Mexico City is not the most commuter-friendly city in the world to begin with and my non-cycle-commuting colleagues have seen their one-way commute times double to two hours.

I am all for protesting and I agreed with AMLO there should be a recount. Though de disregarded the Federal Election Institute's findings and in doing so undermined a critical and functioning democratic institution that was crucial in helping to usher-in the first democratically elected president in 79 years, Vicente Fox.

AMLO’s critics have likened him to Venezuela’s Hugo Chavez fearing he will stop at nothing shy of a government take-over. Some of his supporters openly call for revolution. I was skeptical of these claims, but his actions are proving this out.

Clearly he is tapping into a valid undercurrent in the population. There are many poor and disenfranchised people in Mexico who view the government as out of touch or in cahoots with the rich elite that has run Mexico throughout its history. I don’t question that sentiment. However, my concern for Mexico is that he may be pursuing semi-legitimate means (threats, confrontations) to achieve his goals thus undermining the democracy he claims he supports.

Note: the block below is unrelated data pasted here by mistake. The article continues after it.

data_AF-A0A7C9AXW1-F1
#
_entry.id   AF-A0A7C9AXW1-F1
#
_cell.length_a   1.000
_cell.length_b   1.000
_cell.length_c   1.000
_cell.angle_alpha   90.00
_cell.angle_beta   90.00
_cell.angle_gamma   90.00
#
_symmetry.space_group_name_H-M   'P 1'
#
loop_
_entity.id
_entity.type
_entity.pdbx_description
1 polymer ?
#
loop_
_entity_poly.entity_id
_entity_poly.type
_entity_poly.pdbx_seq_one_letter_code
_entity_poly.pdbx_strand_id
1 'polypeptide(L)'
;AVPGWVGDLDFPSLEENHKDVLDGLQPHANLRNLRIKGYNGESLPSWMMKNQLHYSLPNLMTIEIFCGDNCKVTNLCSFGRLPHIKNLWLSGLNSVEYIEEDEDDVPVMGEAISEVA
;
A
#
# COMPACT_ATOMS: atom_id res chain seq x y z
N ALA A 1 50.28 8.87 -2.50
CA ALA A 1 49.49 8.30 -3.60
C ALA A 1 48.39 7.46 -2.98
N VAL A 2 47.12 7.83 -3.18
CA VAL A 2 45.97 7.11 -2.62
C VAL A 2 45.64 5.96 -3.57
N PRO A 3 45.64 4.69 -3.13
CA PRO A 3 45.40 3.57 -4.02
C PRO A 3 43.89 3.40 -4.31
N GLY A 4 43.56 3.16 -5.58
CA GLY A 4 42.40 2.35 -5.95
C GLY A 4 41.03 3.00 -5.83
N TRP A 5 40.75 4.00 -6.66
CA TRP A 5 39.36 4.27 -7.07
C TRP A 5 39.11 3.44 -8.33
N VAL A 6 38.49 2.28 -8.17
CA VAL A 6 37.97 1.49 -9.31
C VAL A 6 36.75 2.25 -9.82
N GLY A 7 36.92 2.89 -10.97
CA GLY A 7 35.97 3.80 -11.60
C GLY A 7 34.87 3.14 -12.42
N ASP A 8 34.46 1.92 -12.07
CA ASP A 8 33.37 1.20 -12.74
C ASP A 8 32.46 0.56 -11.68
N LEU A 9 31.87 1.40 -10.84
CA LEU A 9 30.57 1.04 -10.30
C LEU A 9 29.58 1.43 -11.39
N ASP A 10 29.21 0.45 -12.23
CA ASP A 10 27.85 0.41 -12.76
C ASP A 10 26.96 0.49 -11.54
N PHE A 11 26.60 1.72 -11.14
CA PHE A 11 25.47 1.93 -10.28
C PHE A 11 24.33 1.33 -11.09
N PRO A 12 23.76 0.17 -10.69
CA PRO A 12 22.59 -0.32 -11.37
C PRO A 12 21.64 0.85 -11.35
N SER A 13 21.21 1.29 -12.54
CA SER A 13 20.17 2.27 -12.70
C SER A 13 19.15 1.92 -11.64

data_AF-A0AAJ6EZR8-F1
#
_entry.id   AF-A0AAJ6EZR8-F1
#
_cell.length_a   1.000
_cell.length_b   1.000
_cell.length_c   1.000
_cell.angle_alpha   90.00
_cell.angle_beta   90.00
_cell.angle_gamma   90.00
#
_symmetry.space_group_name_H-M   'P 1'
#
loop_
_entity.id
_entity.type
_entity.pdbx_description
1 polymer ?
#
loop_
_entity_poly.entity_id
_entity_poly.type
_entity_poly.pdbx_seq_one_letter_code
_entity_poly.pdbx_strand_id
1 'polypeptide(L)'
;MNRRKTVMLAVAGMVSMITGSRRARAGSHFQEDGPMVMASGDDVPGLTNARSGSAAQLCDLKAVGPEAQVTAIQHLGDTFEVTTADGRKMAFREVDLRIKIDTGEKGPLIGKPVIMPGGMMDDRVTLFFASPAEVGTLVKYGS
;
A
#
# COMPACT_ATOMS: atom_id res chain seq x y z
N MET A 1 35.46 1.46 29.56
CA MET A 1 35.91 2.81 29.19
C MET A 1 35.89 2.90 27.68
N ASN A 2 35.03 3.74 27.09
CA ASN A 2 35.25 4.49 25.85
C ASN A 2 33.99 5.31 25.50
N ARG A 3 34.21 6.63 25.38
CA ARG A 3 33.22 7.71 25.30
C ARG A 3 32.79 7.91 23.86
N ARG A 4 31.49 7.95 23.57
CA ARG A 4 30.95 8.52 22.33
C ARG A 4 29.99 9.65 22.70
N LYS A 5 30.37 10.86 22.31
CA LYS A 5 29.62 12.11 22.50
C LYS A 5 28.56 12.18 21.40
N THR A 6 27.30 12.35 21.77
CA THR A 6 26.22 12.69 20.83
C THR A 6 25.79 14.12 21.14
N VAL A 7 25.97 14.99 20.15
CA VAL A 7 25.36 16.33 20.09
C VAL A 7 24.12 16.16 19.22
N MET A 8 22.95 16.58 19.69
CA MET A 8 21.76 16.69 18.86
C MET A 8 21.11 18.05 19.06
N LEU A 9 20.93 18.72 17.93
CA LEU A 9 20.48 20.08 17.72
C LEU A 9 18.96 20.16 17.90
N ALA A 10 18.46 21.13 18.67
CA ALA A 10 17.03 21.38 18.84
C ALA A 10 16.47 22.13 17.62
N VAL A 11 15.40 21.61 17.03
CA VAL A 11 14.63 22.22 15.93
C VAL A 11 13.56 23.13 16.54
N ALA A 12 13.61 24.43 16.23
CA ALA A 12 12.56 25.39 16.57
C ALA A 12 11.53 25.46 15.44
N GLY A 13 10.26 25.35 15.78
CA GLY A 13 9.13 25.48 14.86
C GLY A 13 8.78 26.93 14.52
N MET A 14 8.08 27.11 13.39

His supporters in front of my office every day are doing anything but protesting; they're playing football, chess, doing aerobics, being fed and housed in tents courtesy of the PRD campaign and the Mexico City government whose mayor is an AMLO ally. The local police, aligned with the mayor, won’t move them. Now we're on week three and counting.

It all makes for lively theatre, but we’ll see what happens on Independence Day in September. That is the day that Mexicans gather at the central square or Zocalo to celebrate their independence from Spain. This sets the stage for a possible confrontation with the military. Already, there have been minor injuries and it’s hard not to see how one side might provoke the other into an escalation of tensions leading to violence and political instability. AMLO's supporters have threatened to close the international airport as well as other targets. The military has been brought in to deflect prostesters from closing the airport and the other targets.